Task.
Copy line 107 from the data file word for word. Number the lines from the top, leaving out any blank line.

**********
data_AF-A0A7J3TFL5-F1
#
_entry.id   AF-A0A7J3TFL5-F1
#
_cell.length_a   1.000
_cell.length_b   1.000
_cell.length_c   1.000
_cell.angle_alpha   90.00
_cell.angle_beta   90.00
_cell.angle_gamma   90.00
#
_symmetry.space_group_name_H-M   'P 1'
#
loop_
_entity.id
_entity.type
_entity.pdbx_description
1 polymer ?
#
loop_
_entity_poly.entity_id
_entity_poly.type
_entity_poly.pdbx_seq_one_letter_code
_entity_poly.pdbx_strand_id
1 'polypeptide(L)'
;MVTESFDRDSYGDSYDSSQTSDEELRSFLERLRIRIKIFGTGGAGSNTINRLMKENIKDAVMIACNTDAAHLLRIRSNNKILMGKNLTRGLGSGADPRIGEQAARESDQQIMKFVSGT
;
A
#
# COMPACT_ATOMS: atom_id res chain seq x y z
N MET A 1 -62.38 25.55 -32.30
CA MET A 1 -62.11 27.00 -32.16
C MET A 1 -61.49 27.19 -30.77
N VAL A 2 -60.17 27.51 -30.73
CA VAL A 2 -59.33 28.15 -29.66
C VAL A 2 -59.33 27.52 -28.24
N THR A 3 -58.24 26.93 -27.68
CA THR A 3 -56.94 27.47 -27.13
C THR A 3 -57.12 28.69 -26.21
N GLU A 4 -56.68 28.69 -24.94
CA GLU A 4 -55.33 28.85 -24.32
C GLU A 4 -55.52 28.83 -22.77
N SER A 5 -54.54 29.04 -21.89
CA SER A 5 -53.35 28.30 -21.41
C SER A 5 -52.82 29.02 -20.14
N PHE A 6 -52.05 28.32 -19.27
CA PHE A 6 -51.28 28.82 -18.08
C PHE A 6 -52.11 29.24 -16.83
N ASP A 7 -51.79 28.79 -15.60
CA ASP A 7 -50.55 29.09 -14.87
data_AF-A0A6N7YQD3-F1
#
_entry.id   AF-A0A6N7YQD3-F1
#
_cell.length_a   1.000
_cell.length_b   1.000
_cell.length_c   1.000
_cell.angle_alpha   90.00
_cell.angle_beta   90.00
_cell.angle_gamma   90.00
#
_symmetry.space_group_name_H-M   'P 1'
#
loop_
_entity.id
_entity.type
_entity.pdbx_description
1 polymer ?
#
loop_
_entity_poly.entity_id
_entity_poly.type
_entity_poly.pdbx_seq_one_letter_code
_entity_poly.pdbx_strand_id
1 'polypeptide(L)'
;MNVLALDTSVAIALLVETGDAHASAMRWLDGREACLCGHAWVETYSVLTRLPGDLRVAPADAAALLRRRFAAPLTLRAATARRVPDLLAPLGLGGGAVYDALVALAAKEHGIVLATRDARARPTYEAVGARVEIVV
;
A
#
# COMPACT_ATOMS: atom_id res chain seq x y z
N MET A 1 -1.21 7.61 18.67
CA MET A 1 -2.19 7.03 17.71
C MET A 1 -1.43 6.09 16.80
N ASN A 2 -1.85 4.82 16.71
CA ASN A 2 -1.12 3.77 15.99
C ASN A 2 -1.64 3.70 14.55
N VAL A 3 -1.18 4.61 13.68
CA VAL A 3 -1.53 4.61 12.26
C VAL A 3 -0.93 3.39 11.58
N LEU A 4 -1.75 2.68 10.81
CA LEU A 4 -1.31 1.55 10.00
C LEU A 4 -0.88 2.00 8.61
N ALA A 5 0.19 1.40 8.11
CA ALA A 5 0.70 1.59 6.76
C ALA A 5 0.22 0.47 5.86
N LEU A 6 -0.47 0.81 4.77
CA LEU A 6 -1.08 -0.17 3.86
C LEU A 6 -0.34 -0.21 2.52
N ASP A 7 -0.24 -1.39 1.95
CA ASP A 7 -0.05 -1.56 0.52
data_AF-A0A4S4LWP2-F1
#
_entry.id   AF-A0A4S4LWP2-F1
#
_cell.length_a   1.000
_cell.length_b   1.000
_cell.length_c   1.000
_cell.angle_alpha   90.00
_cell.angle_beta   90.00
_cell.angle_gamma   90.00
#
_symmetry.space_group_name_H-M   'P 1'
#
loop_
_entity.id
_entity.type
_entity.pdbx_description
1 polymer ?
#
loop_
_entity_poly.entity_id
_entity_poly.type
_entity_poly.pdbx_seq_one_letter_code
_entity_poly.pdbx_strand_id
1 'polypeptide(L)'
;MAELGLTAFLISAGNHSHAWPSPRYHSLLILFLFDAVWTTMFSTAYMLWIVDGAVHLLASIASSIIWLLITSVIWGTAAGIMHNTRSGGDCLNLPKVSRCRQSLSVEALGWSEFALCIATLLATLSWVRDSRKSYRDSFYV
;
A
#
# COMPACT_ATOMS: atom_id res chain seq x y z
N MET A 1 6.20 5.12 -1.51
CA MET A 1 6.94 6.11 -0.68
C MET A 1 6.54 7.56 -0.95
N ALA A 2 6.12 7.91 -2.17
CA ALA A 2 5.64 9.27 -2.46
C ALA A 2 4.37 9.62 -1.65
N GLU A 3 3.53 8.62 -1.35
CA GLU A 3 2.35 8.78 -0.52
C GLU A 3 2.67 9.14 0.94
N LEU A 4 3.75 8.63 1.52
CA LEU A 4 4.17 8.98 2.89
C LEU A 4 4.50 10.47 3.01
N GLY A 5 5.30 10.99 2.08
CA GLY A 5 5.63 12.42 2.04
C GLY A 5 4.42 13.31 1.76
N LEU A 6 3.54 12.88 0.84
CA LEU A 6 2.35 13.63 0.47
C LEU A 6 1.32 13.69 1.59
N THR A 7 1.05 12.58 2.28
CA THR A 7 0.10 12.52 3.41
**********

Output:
_cell.length_c   1.000